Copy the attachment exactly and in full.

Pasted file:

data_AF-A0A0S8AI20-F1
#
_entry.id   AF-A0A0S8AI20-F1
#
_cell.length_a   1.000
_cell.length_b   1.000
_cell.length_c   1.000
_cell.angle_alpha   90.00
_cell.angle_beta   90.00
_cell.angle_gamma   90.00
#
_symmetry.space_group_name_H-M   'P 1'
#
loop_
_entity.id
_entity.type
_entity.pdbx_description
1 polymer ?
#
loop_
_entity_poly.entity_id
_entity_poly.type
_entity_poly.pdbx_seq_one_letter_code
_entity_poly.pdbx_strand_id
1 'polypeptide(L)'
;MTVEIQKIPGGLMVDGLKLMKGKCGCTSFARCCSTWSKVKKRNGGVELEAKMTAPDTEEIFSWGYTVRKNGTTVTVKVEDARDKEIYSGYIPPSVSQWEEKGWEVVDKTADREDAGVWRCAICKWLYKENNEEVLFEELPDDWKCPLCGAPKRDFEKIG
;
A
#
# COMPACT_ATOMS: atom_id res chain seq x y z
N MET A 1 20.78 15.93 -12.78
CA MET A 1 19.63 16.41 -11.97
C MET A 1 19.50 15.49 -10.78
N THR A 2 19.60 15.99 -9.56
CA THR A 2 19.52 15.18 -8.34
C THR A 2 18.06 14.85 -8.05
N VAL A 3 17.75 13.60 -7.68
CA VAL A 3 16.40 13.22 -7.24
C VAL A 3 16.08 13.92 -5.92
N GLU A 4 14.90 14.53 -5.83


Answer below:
data_AF-A0A0S8AI20-F1
#
_entry.id   AF-A0A0S8AI20-F1
#
_cell.length_a   1.000
_cell.length_b   1.000
_cell.length_c   1.000
_cell.angle_alpha   90.00
_cell.angle_beta   90.00
_cell.angle_gamma   90.00
#
_symmetry.space_group_name_H-M   'P 1'
#
loop_
_entity.id
_entity.type
_entity.pdbx_description
1 polymer ?
#
loop_
_entity_poly.entity_id
_entity_poly.type
_entity_poly.pdbx_seq_one_letter_code
_entity_poly.pdbx_strand_id
1 'polypeptide(L)'
;MTVEIQKIPGGLMVDGLKLMKGKCGCTSFARCCSTWSKVKKRNGGVELEAKMTAPDTEEIFSWGYTVRKNGTTVTVKVEDARDKEIYSGYIPPSVSQWEEKGWEVVDKTADREDAGVWRCAICKWLYKENNEEVLFEELPDDWKCPLCGAPKRDFEKIG
;
A
#
# COMPACT_ATOMS: atom_id res chain seq x y z
N MET A 1 20.78 15.93 -12.78
CA MET A 1 19.63 16.41 -11.97
C MET A 1 19.50 15.49 -10.78
N THR A 2 19.60 15.99 -9.56
CA THR A 2 19.52 15.18 -8.34
C THR A 2 18.06 14.85 -8.05
N VAL A 3 17.75 13.60 -7.68
CA VAL A 3 16.40 13.22 -7.24
C VAL A 3 16.08 13.92 -5.92
N GLU A 4 14.90 14.53 -5.83